3.Malatesha G, Singh NK, Bharija A, Rehani B, Goel A. Comparison of arterial and venous pH, bicarbonate, PCO2 and PO2 in initial emergency department assessment. Emerg Med J 2007;24:569-71.  Back to cited text no. 3
    
4.McCanny P, Bennett K, Staunton P, McMahon G. Venous vs arterial blood gases in the assessment of patients presenting with an exacerbation of chronic obstructive pulmonary disease. Am J Emerg Med 2012;30:896-900.  Back to cited text no. 4
    
5.Razi E, Moosavi GA. Comparison of arterial and venous blood gases analysis in patients with exacerbation of chronic obstructive pulmonary disease. Saudi Med J 2007;28:862-5.  Back to cited text no. 5
    
6.Kelly AM, McAlpine R, Kyle E. Agreement between bicarbonate measured on arterial and venous blood gases. Emerg Med Australas 2004;16:407-9.  Back to cited text no. 6
    
7.Kumar V, Karon BS. Comparison of measured and calculated bicarbonate values. Clin Chem 2008;54:1586-7.  Back to cited text no. 7
[PUBMED]    
8.Chittamma A, Vanavanan S. Comparative study of calculated and measured total carbon dioxide. Clin Chem Lab Med 2008;46:15-7.  Back to cited text no. 8
    
9.Ungerer JP, Ungerer MJ, Vermask WJ. Discordance between measured and calculated total carbon dioxide. Clin Chem 1990;36:2093-6.  Back to cited text no. 9
    
10.Masters P, Blackburn ME, Henderson MJ, Barrett JF, Dear PR. Determination of plasma bicarbonate of neonates in intensive care. Clin Chem 1988;34:1483-5.  Back to cited text no. 10
    
11.Story DA, Poustie S. Agreement between two plasma bicarbonate assays in critically ill patients. Anaesth Intensive Care 2000;28:399-402.  Back to cited text no. 11
    
12.Story DA, Poustie S, Bellomo R. Comparison of three methods to estimate plasma bicarbonate in critically ill patients: Henderson-Hasselbalch, enzymatic and strong-ion-gap. Anaesth Intensive Care 2001;29:585-90.  Back to cited text no. 12
    
13.Lolekha PH, Boonlert W, Kost GJ, Vanavanan S, Lolekha S. Comparative study of values of calculated bicarbonate and measured total carbon dioxide content. Point Care 2003;2:135-43.  Back to cited text no. 13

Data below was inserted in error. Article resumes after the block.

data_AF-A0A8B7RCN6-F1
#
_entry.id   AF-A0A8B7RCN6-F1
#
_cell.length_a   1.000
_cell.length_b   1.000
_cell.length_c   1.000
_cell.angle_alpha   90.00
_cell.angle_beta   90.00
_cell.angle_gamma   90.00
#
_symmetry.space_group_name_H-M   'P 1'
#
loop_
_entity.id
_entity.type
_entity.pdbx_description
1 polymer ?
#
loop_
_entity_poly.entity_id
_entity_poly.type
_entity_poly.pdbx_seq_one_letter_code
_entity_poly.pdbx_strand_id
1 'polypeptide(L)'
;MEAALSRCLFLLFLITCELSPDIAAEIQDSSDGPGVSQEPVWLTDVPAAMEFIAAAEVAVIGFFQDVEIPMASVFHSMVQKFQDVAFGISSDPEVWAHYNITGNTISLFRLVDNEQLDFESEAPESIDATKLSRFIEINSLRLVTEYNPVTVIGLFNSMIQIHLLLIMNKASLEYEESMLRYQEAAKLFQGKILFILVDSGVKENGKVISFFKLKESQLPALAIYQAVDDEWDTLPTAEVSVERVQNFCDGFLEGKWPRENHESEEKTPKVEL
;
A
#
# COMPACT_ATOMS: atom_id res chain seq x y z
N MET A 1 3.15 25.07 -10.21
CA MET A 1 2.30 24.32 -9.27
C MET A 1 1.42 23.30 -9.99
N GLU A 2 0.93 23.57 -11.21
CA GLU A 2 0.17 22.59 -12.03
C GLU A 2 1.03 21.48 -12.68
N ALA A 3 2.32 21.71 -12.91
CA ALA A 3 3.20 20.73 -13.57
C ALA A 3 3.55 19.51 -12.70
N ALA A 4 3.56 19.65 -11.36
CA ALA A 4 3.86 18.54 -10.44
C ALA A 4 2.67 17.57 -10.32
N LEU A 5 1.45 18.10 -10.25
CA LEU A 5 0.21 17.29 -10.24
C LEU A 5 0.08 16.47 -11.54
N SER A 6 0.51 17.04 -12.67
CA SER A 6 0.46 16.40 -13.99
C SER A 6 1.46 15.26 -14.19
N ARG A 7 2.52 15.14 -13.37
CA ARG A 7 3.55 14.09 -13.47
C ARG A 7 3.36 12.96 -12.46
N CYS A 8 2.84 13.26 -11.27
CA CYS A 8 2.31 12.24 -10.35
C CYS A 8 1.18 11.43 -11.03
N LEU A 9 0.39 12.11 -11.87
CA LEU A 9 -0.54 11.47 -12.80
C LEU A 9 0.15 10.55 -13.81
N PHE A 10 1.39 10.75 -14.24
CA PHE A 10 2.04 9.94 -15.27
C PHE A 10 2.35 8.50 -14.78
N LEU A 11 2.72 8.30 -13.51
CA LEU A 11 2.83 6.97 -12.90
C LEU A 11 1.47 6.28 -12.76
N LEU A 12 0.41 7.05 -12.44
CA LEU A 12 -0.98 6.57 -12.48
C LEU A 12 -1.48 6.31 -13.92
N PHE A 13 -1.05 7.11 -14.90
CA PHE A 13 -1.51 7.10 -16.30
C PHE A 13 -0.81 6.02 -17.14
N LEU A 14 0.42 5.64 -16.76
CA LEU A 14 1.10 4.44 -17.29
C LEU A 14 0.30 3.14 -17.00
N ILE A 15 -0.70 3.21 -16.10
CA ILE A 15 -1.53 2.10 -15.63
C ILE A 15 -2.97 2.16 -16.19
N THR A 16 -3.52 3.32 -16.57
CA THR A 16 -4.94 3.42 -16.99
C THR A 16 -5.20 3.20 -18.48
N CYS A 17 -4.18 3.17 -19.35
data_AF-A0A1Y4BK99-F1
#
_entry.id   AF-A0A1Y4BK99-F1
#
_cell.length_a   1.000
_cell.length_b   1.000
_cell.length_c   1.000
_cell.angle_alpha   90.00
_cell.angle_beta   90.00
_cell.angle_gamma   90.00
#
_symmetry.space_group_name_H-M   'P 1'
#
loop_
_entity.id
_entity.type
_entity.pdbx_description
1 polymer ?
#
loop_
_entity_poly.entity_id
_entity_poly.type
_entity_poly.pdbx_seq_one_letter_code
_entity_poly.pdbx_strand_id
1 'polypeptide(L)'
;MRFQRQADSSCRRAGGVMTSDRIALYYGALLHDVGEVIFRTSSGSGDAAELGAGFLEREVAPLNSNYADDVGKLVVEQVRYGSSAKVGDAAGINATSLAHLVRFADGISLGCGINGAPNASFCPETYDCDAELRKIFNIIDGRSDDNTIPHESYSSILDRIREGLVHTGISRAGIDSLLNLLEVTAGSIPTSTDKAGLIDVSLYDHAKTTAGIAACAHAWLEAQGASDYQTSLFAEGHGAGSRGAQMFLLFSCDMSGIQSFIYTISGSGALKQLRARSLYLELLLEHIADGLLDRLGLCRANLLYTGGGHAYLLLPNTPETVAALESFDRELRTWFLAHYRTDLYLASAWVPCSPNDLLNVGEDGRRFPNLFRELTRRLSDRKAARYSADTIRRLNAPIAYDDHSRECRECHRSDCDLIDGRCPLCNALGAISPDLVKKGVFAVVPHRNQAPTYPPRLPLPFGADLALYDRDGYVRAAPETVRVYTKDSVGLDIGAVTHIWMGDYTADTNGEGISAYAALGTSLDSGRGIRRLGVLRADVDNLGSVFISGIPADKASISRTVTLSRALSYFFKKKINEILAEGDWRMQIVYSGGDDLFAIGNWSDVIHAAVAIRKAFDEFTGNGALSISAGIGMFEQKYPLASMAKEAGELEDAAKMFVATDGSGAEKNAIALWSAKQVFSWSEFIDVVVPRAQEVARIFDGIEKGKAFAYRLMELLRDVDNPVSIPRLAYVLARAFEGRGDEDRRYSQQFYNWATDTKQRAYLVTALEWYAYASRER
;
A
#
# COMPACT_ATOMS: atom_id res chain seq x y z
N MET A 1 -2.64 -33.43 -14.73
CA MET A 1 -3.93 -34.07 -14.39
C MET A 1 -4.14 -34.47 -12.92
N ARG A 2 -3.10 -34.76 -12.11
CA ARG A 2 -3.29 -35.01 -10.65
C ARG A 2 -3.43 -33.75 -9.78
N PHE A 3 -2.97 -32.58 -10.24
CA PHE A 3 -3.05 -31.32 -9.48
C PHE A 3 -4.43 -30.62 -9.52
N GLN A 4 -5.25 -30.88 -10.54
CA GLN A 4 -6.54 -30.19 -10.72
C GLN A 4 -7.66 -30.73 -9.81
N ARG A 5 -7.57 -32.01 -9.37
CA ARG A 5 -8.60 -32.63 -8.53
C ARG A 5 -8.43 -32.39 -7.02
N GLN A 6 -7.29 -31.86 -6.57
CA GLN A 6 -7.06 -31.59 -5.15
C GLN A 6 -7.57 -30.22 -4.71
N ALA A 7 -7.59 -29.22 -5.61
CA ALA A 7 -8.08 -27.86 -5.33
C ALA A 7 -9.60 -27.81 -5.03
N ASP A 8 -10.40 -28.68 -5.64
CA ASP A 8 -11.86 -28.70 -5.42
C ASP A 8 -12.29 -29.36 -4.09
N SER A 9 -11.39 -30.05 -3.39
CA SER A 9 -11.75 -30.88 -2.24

14.Bland JM, Altman DG. Comparing methods of measurement: Why plotting difference against standard method is misleading. Lancet 1995;346:1085-7.  Back to cited text no. 14
    
15.Middleton P, Kelly AM, Brown J, Robertson M. Agreement between arterial and central venous values for pH, bicarbonate, base excess, and lactate. Emerg Med J 2006;23:622-4.  Back to cited text no. 15
    
16.Kelly AM, McAlpine R, Kyle E. Venous pH can safely replace arterial pH in the initial evaluation of patients in the emergency department. Emerg Med J 2001;18:340-2.  Back to cited text no. 16
    
17.Brandenburg MA, Dire DJ. Comparison of arterial and venous blood gas values in the initial emergency department evaluation of patients with diabetic ketoacidosis. Ann Emerg Med 1998;31:459-65.  Back to cited text no. 17
    
18.Fezzotti A, Margarucci Gambini AM, Coppa G, De Sio G. Total carbon dioxide measured by the Vitros enzymatic method. Clin Chem Lab Med 1998;36:43-6.  Back to cited text no. 18
    
19.O'Leary TD, Langton SR. Calculated bicarbonate or total carbon dioxide? Clin Chem 1989;35:1697-700.  Back to cited text no. 19
    
20.Chittamma A, Vanavanan S. Comparative study of calculated and measured total carbon dioxide. Clin Chem Lab Med 2008;46:15-7.  Back to cited text no. 20
    
21.Nasir NM, Sthaneshwar P, Yunus PJ, Yap SF. Comparing measured total carbon dioxide and calculated bicarbonate. Malays J Pathol 2010;32:21-6.  Back to cited text no. 21
    


    Figures

  [Figure 1]
 
 
    Tables

  [Table 1], [Table 2]